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Why Did Andrew Cunanan Kill David Madson? 'The Assassination Of Gianni Versace' Delves Into Their Relationship

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When it comes to the crimes of Andrew Cunanan, there aren't many answers available. Cunanan killed himself before police could arrest him, leaving his motives uncertain and confusing. Each of his five reported murders seem inexplicable for different reasons: Why kill a famous designer? Why kill a stranger? Why kill someone you claimed to love? When trying to figure out why Andrew Cunanan killed David Madson, it's impossible to come to a concrete conclusion.

David Madson, an architect, was Andrew Cunanan's ex-boyfriend, though most of their relationship was long-distance because they lived in different states (Madson in Minnesota and Cunanan in California). According to Vanity Fair, Cunanan would refer to Madson as "the man of my dreams, the man I want to marry" when talking about their relationship with friends. But Cunanan was also lying to Madson throughout their relationship, as he reportedly lied to most people. Cunanan was known to obfuscate the details of his life and how he made his money, with one acquaintance describing him as "a bulls*it artist, a compulsive liar" to the NY Daily News.

Eventually Madson and Cunanan broke up, but that wasn't the event that caused Cunanan to snap. They remained friendly and Cunanan would often travel from San Diego to Minneapolis to visit or apartment-sit for Madson, as Maureen Orth reported in her book Vulgar Favors. In fact, there doesn't seem to be one specific instance that set off Cunanan's crime spree.

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In late April 1997 (two years after Madson and Cunanan met and around a year since they had been romantically involved), Cunanan came to stay with Madson for the weekend. He was also planning to visit his friend Jeff Trail. Both Madson and Trail would become Cunanan's victims, the crimes inextricably linked because of their proximity. Cunanan killed Trail in Madson's apartment, stayed there with Madson for an estimated two days, and then fled; six days later, Madson's body was found in East Rush Lake. He was shot three times with Trail's gun.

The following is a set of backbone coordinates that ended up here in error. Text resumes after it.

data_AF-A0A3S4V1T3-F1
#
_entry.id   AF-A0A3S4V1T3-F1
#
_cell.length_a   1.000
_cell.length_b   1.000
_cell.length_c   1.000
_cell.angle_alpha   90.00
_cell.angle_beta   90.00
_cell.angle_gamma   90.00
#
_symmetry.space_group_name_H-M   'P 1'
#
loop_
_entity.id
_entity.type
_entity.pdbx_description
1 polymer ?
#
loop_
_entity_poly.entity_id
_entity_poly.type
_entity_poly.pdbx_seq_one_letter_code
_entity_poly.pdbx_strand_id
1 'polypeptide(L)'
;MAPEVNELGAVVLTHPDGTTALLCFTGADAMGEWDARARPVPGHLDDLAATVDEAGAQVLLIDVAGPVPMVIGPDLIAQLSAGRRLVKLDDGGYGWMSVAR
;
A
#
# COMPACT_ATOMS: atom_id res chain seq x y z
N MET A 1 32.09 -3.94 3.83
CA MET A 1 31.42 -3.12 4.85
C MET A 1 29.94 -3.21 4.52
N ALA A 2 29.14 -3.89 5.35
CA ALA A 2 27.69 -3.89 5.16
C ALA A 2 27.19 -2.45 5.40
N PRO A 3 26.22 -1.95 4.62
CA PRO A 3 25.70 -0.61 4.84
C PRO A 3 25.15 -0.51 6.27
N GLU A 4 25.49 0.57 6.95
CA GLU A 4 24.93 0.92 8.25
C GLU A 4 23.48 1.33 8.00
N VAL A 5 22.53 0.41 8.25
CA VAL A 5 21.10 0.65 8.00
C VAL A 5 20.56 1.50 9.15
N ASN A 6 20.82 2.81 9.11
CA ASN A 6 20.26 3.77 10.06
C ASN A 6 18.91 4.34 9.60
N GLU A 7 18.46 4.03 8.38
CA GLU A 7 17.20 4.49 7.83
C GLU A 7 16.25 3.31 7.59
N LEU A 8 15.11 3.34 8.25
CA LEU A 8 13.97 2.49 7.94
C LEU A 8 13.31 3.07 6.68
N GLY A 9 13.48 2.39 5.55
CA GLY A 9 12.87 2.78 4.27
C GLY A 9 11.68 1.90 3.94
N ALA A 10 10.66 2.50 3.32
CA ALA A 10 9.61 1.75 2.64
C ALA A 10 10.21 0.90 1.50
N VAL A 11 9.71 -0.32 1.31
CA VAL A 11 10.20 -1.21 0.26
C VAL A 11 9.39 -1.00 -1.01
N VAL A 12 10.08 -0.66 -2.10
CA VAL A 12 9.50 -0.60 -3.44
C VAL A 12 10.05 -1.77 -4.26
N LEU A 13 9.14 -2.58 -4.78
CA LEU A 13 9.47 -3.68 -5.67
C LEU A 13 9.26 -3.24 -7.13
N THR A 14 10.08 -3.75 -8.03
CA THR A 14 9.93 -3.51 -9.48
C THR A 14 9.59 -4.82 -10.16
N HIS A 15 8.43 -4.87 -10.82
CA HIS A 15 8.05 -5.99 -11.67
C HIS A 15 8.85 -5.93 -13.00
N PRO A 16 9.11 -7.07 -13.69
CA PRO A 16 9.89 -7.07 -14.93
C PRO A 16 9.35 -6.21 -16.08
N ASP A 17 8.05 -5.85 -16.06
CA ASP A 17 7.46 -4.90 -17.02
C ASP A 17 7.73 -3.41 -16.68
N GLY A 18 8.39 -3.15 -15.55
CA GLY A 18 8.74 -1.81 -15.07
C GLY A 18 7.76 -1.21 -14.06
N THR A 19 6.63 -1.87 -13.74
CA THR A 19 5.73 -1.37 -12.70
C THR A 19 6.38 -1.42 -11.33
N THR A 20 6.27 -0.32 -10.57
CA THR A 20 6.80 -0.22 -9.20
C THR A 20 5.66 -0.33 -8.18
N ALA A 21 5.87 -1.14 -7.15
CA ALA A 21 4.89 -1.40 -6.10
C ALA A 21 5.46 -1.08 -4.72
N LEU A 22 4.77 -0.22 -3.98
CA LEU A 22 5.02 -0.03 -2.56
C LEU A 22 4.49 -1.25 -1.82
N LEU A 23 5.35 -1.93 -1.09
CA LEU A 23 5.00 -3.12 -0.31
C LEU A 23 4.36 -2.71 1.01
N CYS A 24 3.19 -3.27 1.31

Cunanan had visited Minneapolis for a weekend many, many times before, which makes it difficult to comprehend what made this weekend different. Vulgar Favors indicated that Cunanan's life had been falling apart leading up to the murders: his relationships were souring, he was running out of money, he felt self-conscious about the way he looked. Maybe everything had been building for him and when he finally realized he had no chance with Madson in the future, he ended things in the most permanent way possible, though this is just pure speculation.

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There's also a chance that there was an element of necessity to the crime. Trail was killed in Madson's apartment, but it's impossible to say whether Madson was there at the time, came in while it was happening, or only stumbled upon the aftermath. If Madson was a witness to the crime, it's possible that Cunanan killed him to avoid Madson alerting police or implicating him.

Harper's Bazaar shared a theory, common at the time the murders occurred, that Cunanan believed he had contracted HIV and this led to his spree. Apparently a San Diego AIDS counselor named Mike Dudley who knew Cunanan told Time that Cunanan had spoken with him about AIDS. He recalled Cunanan saying, "If I find out who did this to me, I'm gonna get them!" However, Cunanan's autopsy proved that he was HIV negative.

Again, I must stress that this is all speculation. The only men who could say for sure what happened are all gone. There were several days in between Trail's death and Madson's; curious parties can theorize endlessly about what happened during that time, but no one will ever really know. The Assassination of Gianni Versace may explore the possibilities, but at the end of the day it is a fictionalized retelling of real events — emphasis on fictionalized.

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